Food in Ancient Judah: Domestic Cooking in the Time of the Hebrew Bible.

Author:Borowski, Oded
Position:Book review

Food in Ancient Judah: Domestic Cooking in the Time of the Hebrew Bible. By Cynthia Shafer Elliott. Bible World. Sheffield: Equinox Publishing, 2013. Pp. xiii + 239, illus. $99.95.

It is very heartening to see that a growing number of scholars are beginning to deal with topics related to daily life during the Israelite period rather than to major historical events, personalities, or pottery dating. Furthermore, archaeologists working in the Near East are starting to practice what has come to be known as "household archaeology," an approach to fieldwork that provides data for studies related to daily life in the biblical period. My own interest in the Israelite diet prompted me to read and review the present work. In the interest of full disclosure I have to state that the material from Tell Halif presented in this book was excavated under my supervision.

The present work originated as a Ph.D. dissertation at the University of Sheffield under the supervision of Dr. Diana Edelman. The reason for the research is clearly stated by the author in the introduction (p.1): "Studies of numerous aspects of daily life have been made (e.g., weaving, the making of wine) but, for some reason, the preparation of food in domestic contexts (home cooking) has been overlooked. It is my hope to help remedy the situation." The main point of this research was "to determine if archaeological remains and ancient Near Eastern sources can help to illuminate the domestic gastronomical daily life of ancient Judahites during the mid- to late Iron Age II (900-586 B.C.E.) as it is exemplified in the narratives of the Hebrew Bible" (pp. 1-2). Scarcity of appropriate data made it necessary to modify and rearticulate the research question to examine whether there are "differences in domestic food preparation techniques in urban and rural environments in mid- to late Iron II Judah?" (p. 2). To accomplish this goal, four sites were selected, two urban fortified settlements (Lachish and Tell Halif) and two rural farmsteads (Khirbet er-Ras and Pisgat Ze'ev A). Out of necessity, the study is limited to the regions of the Shephelah and the highlands.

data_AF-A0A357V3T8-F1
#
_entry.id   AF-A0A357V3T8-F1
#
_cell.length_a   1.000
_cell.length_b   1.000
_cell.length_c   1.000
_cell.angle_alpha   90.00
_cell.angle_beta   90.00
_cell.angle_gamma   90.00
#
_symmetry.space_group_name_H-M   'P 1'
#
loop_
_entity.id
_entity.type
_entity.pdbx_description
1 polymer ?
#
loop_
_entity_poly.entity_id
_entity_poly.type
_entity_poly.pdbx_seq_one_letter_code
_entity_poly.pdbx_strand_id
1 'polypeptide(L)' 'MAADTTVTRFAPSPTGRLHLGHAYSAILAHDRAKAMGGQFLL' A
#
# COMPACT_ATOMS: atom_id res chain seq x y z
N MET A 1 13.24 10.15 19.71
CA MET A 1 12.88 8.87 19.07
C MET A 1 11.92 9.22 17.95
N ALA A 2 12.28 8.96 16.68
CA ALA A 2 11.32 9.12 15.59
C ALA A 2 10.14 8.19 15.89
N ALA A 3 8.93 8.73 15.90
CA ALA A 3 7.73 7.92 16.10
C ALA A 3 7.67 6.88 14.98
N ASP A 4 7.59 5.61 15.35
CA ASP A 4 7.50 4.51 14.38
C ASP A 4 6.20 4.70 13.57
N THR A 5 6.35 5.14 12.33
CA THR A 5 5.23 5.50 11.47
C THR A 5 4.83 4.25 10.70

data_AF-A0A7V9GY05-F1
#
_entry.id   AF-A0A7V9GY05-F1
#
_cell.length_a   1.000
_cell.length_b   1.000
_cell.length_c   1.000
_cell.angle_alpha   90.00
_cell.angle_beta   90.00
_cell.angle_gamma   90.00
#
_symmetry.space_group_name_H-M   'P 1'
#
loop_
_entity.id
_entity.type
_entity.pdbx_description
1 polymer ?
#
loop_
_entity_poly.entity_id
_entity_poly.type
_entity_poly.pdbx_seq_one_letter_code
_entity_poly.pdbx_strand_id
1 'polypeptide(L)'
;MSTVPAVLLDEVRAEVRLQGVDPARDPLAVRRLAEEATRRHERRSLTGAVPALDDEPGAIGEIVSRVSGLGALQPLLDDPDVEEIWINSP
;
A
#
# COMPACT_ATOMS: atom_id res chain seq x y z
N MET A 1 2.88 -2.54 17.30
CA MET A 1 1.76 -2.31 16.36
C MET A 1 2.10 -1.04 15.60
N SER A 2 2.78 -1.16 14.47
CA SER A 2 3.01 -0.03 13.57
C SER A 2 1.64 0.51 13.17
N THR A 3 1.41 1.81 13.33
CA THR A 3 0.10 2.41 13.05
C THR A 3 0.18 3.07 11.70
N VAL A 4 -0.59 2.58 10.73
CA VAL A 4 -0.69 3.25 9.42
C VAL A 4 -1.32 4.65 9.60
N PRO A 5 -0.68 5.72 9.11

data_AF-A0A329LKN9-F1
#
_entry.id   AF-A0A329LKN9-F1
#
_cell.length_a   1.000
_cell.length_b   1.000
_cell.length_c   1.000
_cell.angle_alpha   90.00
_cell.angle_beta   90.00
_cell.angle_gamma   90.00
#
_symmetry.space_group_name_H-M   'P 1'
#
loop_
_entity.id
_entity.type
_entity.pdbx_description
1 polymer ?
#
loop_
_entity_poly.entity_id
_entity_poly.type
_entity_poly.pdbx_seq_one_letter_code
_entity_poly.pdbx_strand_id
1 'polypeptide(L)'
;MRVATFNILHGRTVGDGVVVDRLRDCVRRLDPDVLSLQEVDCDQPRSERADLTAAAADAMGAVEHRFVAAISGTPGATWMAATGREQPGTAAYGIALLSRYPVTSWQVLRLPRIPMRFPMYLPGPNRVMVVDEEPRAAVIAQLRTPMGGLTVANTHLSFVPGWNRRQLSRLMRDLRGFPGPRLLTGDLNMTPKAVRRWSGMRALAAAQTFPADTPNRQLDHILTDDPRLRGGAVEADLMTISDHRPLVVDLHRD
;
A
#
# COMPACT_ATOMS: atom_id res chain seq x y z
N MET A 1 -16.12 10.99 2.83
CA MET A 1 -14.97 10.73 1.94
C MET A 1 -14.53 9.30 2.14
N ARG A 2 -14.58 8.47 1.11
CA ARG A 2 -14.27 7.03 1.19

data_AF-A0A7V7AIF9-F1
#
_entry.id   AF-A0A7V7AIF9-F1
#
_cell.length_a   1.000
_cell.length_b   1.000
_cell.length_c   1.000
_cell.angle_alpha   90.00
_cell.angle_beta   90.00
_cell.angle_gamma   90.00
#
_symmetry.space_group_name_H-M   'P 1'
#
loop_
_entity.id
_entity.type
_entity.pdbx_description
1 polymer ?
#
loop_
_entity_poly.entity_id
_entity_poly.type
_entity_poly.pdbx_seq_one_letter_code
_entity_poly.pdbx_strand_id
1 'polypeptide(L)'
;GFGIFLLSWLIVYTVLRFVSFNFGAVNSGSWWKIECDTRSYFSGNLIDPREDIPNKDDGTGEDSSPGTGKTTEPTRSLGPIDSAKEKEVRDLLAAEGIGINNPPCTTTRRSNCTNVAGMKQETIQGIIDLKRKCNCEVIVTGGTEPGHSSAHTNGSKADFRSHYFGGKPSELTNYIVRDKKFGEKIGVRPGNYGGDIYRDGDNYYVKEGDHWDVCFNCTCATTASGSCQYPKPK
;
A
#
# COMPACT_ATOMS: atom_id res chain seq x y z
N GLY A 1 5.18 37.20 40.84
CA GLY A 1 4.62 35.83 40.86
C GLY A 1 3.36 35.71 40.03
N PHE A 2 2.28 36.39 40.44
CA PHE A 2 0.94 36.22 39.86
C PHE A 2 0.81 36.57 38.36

The plan of the research is laid out very well in the introduction, where the author carefully outlines the contents and aims of each chapter. Chapter 1 provides a detailed description of the methodology of the research; chapter 2 deals with the terminology of domestic settlements in Iron II Judah; chapter 3 presents a detailed study...

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